Gastroparesis Clinical Research
Are you familiar with the medical condition known as gastroparesis? This disorder is a focus of some of the clinical trials we conduct here at our clinic in DeLand, FL. The name may not be familiar, but the effects are known to many. By working with other clinics to improve our knowledge of gastroparesis, we can develop more improved treatments and prevention methods for this condition.
(Would you be interested in participating in a gastroparesis clinical trial in DeLand? Click on the link above to see if you qualify.)
What Causes Gastroparesis?
The stomach uses muscles in order to function properly. This particular disorder acts to disrupt the spontaneous movement of these muscles. Without these strong contractions, food doesn’t get passed through the digestive tract as effectively. The stomach is unable to empty properly.
Gastroparesis often causes nausea or even vomiting. It also can create nutritional defects and significant blood sugar fluctuations.
Despite knowing all of this, doctors often have a tough time identifying the cause of the disorder. They refer to those cases as idiopathic gastroparesis (IG). Documented causes of gastroparesis include:
- Poorly managed diabetes
- Parkinson’s disease
- Multiple sclerosis
- Botched gastric surgery
- An underlying rare condition like scleroderma and amyloidosis
- Certain types of medication, such as narcotic pain-relievers
Signs & Symptoms of Gastroparesis
As mentioned earlier, this disorder is known to cause nausea and vomiting, but it can also produce these other symptoms:
- Abdominal bloating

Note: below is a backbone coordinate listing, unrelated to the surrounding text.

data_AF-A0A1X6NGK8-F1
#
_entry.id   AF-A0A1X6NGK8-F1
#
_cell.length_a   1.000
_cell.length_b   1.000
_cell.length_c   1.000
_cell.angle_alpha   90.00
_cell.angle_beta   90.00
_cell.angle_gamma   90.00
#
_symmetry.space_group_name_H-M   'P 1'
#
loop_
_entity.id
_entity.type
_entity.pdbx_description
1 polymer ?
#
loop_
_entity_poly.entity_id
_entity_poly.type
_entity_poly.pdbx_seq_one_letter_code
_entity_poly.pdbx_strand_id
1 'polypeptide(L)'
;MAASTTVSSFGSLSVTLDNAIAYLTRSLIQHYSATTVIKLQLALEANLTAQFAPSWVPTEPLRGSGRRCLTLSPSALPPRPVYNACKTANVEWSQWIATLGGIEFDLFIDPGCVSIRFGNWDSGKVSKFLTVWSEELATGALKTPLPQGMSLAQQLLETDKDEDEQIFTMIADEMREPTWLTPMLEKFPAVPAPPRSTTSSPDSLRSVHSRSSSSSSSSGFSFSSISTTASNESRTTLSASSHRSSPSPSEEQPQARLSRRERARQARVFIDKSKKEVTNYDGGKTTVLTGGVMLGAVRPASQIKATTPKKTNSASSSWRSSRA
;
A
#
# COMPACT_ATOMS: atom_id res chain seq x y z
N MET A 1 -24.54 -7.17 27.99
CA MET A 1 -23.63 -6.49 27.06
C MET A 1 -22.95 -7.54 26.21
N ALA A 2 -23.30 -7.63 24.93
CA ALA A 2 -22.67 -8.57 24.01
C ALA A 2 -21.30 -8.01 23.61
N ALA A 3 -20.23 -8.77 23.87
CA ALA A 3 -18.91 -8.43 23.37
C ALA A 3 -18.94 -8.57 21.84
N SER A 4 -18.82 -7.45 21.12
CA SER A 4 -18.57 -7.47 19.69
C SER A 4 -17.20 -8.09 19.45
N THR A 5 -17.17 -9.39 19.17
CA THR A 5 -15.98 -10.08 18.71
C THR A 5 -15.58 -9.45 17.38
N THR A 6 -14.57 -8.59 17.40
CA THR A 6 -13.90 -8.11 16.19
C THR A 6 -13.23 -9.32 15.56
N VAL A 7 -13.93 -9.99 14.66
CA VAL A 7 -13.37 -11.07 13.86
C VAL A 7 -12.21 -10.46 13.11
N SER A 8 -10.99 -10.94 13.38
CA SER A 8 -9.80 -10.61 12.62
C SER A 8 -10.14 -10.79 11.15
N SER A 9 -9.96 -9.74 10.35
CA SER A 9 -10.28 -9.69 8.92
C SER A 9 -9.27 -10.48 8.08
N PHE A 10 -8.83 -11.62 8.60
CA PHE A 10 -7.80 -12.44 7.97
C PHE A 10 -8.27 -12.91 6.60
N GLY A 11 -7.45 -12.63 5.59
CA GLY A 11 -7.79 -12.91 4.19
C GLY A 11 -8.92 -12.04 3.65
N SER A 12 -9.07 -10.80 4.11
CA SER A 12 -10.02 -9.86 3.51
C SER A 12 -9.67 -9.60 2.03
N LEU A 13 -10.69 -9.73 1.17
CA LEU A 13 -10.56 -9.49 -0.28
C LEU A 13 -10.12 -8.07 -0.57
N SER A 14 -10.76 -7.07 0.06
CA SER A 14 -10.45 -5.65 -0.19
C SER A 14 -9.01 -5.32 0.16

- Abdominal pain
- Feeling full after only a few bites
- Reduce appetite
- Fluctuations in blood sugar levels
- Weight loss and even malnutrition.
Risk Factors for Gastroparesis
You’ve seen that diabetes and abdominal surgery pose a risk for this condition, but what other risk factors should you be aware of:
- Viral infections
- Radiation therapy and other specific cancer treatments
- Medications that inhibit the rate at which the stomach empties
- Parkinson’s as well as multiple sclerosis
- Low thyroid or hypothyroidism
- Middle agaed and younger women are the most likely to develop idiopathic gastroparesis.
This particular disorder can also cause a number of serious complications which you should be aware of too!
- Dehydration – Cases that are accompanied by excessive vomiting can leave someone severely dehydrated.
- Bezoars – This is the term for undigested food that remains in the stomach. This will eventually harden and can cause additional nausea and vomiting. These can be deadly if they block further food from being able to pass into the small intestine.
- Blood sugar fluctuations – This disorder doesn’t cause diabetes, but it can lead to some severe complications for people who have both. The inconsistent passage of food into the small bowel can lead to unpredictable blood sugar highs and lows.
- Malnutrition – No hunger leads to less eating which can quickly lead to malnutrition. Others may develop malnutrition due to repeat vomiting.
- Lower Quality of LIfe – the symptoms of gastroparesis can have an impact on all aspects of a patient’s life.
Looking for more resources on Gastroparesis?
We recommend checking out these sites:
- The Digestive Health Alliance
- The Gastroparesis & Dysmotilities Association
- American College of Gastroenterology
Participating in a Clinical Trial in DeLand, Florida
Are you interested in enrolling in our gastroparesis clinical trial? Our dedicated research team would love to talk to you. If you have some questions, then we recommend that you check out our participant resource section. It should help answer some of the questions you have.
Participants can receive compensation for time and travel expenses. Our clinic also does not require that you have health insurance to enroll in a study.
Avail Clinical Research in DeLand is a well respected clinic with the resources to conduct a wide range of clinical trials. You don’t have to be living with gastroparesis to qualify for one. Our research team can help you find another one that you are qualified for. If you’re interested in helping us advance modern medicine, please call us today at (386) 785-2400.